“I want that toy!” your child demands.
“Not today, honey. We’re just here for a few things.”
“I really want that toy.”
“I know, but…”
Definitely, your child interrupts, “All the other kids have one, and I want one too. I’m putting it in the cart.”
“Oh, um…we’ll see…OK.”
Confused and defeated, you roll the cart to the checkout and purchase the toy.
You don’t want to buy it. Really. You wish you could put your foot down and set some limits, but it’s not that simple.
You don’t want to rock the boat. You don’t want your child to be upset. You don’t want other people to judge. You don’t want to start a tantrum.
Sometimes it’s easier to just give in or give up.
If you’re ready to shift into a place of confident assertiveness in your parenting, here are some tips:
- Understand your history: If you came from a family of yellers, you may have decided to go in the opposite direction. Maybe you are a peacemaker and don’t want to see anyone upset. Or maybe, you are quiet by nature.
- Examine your fears: Be curious about those moments when you respond passively. Worry can cause you to freeze, to be silent, or to want to run away. See if there is an underlying anxiety or concern driving you to this response.
- Notice the triggers: Which situations are more difficult for you to stand firm? Which situations cause you to feel like clamming up or giving in? The more you know about your triggers, the better you will be at identifying when they are impacting your parenting.
- Find your voice: Assertive parenting doesn’t mean angry, loud, or obnoxious. It is a confident tone. Give yourself permission to experiment by saying something passively, aggressively and assertively. Notice the difference. Practice shifting your volume or tone until you feel confident.
- Use body language: You can also shift your confidence level by changing your posture. Stand up straight, roll your shoulders back, lift your chin, and take a full, deep breath. Work on finding an empathetic facial expression, rather than panic, worry, anger or aggression (use a mirror to experiment!).
- Take it slow: If you feel pressured to make a decision, STOP. Pause. Take a deep breath. This will give you time to see the situation clearly and examine your options. Your child’s tantrum is not time to panic! Big feelings are OK, and you can support them as they move from upset back to calm.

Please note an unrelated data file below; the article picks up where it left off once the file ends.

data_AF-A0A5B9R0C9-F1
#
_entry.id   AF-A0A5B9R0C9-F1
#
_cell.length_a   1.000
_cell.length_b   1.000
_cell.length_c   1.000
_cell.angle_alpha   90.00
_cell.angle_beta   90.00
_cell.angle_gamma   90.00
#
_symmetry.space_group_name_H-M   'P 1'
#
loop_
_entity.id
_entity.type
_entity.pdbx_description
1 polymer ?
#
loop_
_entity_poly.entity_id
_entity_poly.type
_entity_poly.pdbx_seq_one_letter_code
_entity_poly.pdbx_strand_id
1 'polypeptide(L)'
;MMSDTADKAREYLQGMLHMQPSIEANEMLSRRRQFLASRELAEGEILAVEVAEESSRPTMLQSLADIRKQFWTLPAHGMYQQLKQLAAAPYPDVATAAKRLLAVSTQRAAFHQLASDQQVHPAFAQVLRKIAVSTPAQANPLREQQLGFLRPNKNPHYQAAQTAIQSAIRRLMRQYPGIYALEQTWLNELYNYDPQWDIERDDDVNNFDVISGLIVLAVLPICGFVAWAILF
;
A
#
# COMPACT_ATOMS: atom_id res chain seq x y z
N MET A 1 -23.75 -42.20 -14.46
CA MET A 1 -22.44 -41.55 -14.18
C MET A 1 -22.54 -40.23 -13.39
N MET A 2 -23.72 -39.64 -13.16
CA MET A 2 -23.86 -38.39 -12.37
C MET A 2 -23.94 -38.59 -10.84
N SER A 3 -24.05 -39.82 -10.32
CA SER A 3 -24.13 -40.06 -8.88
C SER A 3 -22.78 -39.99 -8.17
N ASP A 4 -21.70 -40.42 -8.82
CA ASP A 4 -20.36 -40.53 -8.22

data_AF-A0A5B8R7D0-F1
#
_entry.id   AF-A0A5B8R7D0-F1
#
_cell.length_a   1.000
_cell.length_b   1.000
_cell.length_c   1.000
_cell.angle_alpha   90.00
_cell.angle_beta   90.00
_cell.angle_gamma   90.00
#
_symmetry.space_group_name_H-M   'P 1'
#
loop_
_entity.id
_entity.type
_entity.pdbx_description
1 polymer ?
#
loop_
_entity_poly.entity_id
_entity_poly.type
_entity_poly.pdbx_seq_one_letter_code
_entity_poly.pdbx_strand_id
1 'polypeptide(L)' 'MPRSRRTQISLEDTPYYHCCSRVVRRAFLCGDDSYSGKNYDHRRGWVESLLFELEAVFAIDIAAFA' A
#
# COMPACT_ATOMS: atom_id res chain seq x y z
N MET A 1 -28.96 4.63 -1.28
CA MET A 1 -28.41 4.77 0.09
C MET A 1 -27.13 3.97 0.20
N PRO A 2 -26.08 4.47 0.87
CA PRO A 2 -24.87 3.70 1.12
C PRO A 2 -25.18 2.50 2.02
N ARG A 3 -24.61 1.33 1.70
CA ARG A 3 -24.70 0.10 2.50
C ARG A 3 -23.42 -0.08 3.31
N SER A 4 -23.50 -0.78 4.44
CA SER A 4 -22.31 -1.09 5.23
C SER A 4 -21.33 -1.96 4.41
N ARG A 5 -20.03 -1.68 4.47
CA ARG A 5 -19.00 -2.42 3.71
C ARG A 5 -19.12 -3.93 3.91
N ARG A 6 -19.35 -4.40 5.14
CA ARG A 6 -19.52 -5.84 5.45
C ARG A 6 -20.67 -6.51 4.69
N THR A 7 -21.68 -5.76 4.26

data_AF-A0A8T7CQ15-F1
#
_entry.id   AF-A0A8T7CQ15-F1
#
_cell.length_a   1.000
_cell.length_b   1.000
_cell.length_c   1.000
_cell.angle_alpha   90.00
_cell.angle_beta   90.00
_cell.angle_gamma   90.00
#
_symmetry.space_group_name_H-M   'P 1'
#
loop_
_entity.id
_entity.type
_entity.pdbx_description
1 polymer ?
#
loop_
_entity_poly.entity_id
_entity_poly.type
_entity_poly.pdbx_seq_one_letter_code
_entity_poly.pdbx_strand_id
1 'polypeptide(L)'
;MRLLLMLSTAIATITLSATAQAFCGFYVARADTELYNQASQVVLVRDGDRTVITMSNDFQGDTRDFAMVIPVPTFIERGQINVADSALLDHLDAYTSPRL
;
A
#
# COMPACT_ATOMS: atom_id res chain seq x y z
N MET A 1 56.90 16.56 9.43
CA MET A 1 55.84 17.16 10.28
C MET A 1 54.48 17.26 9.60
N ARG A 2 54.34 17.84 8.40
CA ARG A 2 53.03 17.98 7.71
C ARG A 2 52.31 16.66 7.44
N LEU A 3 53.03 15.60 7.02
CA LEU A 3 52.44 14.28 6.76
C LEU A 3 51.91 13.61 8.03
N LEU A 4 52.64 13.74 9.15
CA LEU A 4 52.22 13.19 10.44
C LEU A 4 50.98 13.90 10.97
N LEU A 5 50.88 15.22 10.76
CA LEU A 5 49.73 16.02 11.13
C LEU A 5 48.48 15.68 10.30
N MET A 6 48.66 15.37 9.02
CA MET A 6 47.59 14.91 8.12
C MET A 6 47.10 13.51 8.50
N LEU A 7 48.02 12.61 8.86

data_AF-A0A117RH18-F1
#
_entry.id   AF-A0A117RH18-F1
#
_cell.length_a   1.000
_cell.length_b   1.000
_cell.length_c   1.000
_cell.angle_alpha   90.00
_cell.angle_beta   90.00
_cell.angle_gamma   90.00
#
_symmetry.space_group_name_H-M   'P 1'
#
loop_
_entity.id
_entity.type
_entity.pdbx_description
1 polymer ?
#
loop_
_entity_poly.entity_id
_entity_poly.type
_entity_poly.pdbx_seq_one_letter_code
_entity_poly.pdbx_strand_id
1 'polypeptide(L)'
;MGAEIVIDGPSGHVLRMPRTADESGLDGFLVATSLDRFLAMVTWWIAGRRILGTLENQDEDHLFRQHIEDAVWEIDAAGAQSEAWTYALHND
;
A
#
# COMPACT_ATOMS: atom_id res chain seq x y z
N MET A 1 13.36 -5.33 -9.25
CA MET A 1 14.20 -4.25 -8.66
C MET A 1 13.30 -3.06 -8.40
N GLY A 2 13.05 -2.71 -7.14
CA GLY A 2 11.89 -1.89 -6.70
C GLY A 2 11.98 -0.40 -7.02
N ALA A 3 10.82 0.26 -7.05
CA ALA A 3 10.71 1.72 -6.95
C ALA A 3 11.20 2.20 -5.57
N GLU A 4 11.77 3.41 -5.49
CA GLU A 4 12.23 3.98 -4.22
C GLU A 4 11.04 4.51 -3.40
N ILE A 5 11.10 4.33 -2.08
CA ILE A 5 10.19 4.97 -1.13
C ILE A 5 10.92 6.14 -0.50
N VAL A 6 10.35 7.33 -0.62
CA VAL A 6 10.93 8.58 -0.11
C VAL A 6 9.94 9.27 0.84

- Tune into your child: There are times when you need to stick with the boundary and there are times when attending to your child’s needs, compromising, or problem-solving will be the better choice. The difference may not always be clear. Give yourself permission to take a deep breath and ask, “Is it more important to stand firm or be flexible in this situation?” Or, “What lesson do I want to teach? Is this the best time/place to teach it?”
Back to the store
“Pllleeease mom. I reallllyy need this toy.”
Taking a deep breath, you realize your heart is beating a mile a minute. Your hands are gripped tightly around the cart handle. OK, don’t panic. Breathe.
Letting your breath out slowly, you roll your shoulders back and lift your head. “Nope, not today buddy.”
Your child starts to meltdown. People are staring. Everything in you wants to give in. To make it stop.
Breathe. “Big feelings are OK. I can help him through this,” you say to yourself.
Holding his hand, you start walking down the aisle. “I’m heading to the fruit now, can you help me pick a few good apples?”
On a good day, this may be enough. On a rough day, you may need to repeat this interaction a few more times (READ: What to do when your child will not calm down).
Moving from passive to confident may not happen automatically. It’s OK if this shift takes time. Give yourself permission to make mistakes and try again.
One more thing
Your child may not fully embrace this change. In fact, they may react by increasing their behavior when you try to set a boundary.
This doesn’t mean you are doing anything wrong.
I may signify that you are getting your family back in the correct order. Putting yourself in the role of parent and removing your child from that position.
While kids appear to want to call all the shots and make all the decisions, more than anything they want to rest in the knowledge that you, their caregiver, are going to step up. Being confident. Setting boundaries with empathy, fairness, and kindness. And keeping them safe.
If you need support, I’m here for you! Learn more about online Parent Coaching.